It was 72 years ago today: The Marijuana Tax Act begins seven decades of lies and repression by American bureaucrats.

America’s congress shamed itself 72 years ago today with the passage of the Marijuana Tax Act. Responding not to any actual need, but instead to yellow journalism and the efforts of prohibitionist Henry Anslinger, congress outlawed the possession of cannabis.

Forty years later on this same date, perhaps the only intelligent thing ever said by an American president about marijuana was uttered by Jimmy Carter. Four decades after Americans were denied their right to possess or use cannabis, President Carter said,

  • Penalties against a drug should not be more damaging to an individual than the use of the drug itself. Nowhere is this more clear than in the laws against possession of marijuana for personal use.”

Despite these words of wisdom, these same penalties were not only retained, but increased during the drug war escalation of the 1980s. Tragically, over three decades later, nearly 15 million Americans have had their lives mangled by needless and cruel arrest and prosecution by their own government for cannabis “crimes” with no victims.

Congress did not have in 1937 (nor constitutionally should it have now) the power to prohibit American citizens from possessing cannabis. Remember, an amendment to the constitution was needed to prohibit alcohol; and cannabis prohibition should require a similar change to the constitution. This requirement was avoided by Anslinger and congress in 1937 by forming the prohibitive legislation in the form of a stamp tax, for a stamp that could not actually be purchased. Such legal nonsense caused the US Supreme Court to overturn the act in 1969, pointing out that it calls for self-incrimination, a violation of the 5th Amendment. By the way, the legal challenge to this self-serving law was made by none other than activist Timothy Leary.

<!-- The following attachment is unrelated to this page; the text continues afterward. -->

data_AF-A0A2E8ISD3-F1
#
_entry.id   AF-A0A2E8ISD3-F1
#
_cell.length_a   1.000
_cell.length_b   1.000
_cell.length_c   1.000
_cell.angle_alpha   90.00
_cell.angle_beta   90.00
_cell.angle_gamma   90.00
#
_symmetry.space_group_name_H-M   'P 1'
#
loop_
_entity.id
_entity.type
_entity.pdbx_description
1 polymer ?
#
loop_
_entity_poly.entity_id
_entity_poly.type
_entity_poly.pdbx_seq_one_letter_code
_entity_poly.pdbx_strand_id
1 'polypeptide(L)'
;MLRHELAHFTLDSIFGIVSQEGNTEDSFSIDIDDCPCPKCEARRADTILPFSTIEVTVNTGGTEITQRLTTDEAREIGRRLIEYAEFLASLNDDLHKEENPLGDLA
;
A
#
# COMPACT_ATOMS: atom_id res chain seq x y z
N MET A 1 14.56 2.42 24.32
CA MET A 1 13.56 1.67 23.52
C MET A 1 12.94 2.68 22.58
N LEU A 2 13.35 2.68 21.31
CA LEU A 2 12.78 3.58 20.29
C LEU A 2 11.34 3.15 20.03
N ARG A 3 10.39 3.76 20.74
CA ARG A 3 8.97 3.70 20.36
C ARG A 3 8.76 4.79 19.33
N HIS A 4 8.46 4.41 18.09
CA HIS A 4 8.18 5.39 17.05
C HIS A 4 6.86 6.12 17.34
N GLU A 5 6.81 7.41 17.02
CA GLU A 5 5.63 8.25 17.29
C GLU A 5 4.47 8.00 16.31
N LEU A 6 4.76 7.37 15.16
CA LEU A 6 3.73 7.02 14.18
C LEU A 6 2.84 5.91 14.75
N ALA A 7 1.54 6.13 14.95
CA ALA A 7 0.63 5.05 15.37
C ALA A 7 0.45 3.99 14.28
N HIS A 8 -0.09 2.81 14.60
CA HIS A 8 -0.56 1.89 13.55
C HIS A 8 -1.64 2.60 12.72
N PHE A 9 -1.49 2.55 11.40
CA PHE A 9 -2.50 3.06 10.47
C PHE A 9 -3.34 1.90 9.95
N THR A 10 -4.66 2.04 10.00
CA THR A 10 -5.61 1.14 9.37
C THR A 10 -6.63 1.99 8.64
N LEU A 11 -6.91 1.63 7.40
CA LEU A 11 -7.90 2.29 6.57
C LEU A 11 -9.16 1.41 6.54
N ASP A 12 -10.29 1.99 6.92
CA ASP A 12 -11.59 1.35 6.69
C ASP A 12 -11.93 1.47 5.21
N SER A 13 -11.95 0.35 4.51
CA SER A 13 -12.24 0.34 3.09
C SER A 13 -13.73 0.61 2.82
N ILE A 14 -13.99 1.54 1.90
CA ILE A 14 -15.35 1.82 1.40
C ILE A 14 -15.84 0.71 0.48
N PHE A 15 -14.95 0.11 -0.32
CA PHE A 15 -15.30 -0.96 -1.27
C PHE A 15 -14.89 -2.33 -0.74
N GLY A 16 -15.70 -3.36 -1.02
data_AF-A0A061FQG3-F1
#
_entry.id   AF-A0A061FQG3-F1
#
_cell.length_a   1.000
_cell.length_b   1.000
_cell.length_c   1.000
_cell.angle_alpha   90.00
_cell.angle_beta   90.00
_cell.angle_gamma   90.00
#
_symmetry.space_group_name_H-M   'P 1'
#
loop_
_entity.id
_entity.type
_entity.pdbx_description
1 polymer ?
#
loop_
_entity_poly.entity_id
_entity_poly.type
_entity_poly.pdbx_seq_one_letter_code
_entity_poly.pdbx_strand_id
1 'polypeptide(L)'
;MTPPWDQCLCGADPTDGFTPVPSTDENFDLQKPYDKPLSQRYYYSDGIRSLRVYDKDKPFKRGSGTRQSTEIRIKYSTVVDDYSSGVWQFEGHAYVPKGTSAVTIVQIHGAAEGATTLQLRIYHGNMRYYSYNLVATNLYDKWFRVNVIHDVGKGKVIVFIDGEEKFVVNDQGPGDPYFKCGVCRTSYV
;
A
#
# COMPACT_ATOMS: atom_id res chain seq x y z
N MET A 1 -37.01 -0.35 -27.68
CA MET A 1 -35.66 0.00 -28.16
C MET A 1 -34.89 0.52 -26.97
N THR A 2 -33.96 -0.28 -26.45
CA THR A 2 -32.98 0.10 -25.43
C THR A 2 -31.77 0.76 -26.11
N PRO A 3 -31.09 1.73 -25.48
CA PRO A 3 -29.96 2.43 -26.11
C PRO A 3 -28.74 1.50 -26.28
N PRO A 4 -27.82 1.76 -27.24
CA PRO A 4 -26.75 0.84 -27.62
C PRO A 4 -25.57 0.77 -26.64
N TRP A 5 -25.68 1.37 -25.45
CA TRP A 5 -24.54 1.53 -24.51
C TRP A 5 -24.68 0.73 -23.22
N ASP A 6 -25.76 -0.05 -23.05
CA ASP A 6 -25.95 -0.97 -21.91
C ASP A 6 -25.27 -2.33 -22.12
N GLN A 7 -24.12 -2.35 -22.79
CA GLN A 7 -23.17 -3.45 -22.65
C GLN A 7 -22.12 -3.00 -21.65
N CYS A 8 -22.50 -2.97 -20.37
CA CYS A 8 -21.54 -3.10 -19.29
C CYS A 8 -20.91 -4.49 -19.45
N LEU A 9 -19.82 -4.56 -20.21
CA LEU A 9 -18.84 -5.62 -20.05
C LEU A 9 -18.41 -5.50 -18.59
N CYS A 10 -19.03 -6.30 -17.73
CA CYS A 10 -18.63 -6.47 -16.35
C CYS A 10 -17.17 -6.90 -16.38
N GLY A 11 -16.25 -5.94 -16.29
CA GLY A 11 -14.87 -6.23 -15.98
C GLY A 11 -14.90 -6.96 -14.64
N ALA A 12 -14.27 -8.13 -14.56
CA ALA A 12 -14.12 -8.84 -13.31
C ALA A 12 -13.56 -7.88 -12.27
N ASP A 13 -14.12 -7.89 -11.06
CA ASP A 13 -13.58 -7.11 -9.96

Unfortunately, cannabis was firmly prohibited in the 1970 Controlled Substance Act. Cannabis was classified as a Schedule I drug, incurring the most severe penalties against any banned drug. Over 800,000 Americans were arrested for possession of cannabis in 2007. Drug war bureaucrat extraordinaire Henry Anslinger’s toxic legacy continues unchecked.